5. The Smell of a Sound, The Taste of a Color – Bryan Alvarez

Bryan Alvarez of UC Berkeley discusses some of the traits that are common to synesthetic experiences. While this one is a tad more academic, it brings to light some of the fundamental differences between conceived perceptions and automatic, involuntary (and often consistent) synesthetic perceptions. Understanding these characteristics plays an integral role in identifying the phenomenon.

As I mentioned at the outset, this is but a small sampling of the available video resources on synesthesia. I encourage you to leave a comment with a link to your favorite video or any thoughts you might have on those above. And, as always, thanks for stopping by!

Mirror-Touch Synesthesia: Pain & Empathy

A doctor places a stethoscope on a patient's back. Used to illustrate sense of touch.If you’ve ever accompanied a friend or family member on a doctor’s visit and sat in the very room the checkup ritual took place, you’ve likely had the fortune of empathizing with that friend or family member, watching as the stethoscope was pressed to the bare back, the reflex hammer hit the knee, or the vaccination needle penetrated flesh. Now, for a second (and no longer), imagine that, in watching these actions take place, you also felt them. A tingle on your back. A knock to your knee. A pinch on your skin. That is mirror-touch synesthesia.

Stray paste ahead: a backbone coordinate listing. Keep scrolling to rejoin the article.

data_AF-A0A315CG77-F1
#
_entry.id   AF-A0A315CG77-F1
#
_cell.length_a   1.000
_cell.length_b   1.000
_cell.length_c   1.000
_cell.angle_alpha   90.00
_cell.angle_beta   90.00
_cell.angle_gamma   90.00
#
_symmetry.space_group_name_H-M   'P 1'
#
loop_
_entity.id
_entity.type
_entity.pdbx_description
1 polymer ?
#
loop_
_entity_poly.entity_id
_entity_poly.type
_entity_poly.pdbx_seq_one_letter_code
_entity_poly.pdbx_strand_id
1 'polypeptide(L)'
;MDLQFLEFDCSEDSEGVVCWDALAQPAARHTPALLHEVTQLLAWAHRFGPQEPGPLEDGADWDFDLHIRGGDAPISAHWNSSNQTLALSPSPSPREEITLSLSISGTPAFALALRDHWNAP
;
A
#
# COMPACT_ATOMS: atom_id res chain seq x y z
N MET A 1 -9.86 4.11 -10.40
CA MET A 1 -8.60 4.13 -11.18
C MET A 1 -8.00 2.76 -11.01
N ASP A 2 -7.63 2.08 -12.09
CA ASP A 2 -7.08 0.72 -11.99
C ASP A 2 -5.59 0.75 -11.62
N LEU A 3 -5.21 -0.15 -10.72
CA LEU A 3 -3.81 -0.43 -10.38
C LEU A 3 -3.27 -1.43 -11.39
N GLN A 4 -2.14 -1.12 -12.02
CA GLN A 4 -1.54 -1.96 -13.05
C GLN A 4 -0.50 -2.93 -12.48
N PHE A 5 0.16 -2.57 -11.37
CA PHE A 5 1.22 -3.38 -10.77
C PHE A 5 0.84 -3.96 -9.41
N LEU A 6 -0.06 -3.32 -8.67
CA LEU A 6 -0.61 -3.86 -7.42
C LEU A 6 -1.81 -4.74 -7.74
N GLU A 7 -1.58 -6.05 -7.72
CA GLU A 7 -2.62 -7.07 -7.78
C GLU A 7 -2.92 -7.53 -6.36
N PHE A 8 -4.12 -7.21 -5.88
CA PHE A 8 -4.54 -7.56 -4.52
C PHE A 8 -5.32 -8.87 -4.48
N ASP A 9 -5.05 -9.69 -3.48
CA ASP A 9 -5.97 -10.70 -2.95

Synesthesia and Empathy

Think about the last time you watched someone take a bad fall or listened to a friend grind his or her teeth. For a split second, you cringe at the thought of physically feeling what they must feel. In a sense, we all empathize to some degree with the physical feelings of others. For an individual with mirror-touch synesthesia, however, the area of the brain that creates this empathy is hyperactive. These individuals don’t just cringe at the thought of comparable pain, but they might actually feel it themselves.

It’s an extraordinary thought, isn’t it? – your own sense of touch being activated by watching what’s happening to someone else. In this article from LiveScience, two mirror-touch synesthetes talk about their experiences and how this accentuated empathy has shaped their lives. I found Jane’s quote to be particularly interesting:

Another, Jane, said she felt her synesthesia is “a positive thing because I believe it makes me more considerate about the feelings of others.”

For non-synesthetes, like me, the best way to relate to this sentiment might be to think about pains or ailments we’ve suffered and how those experiences have shaped the way we empathize when others have similar misfortune. For instance: I’ve never broken a bone, so I’m not sure that I can truly empathize with someone who does. I just can’t be certain of what it feels like. On the other hand, I have had a pretty deep flesh cut – so when I observe someone accidentally cut themselves when chopping up lettuce, I can certainly empathize with the sting.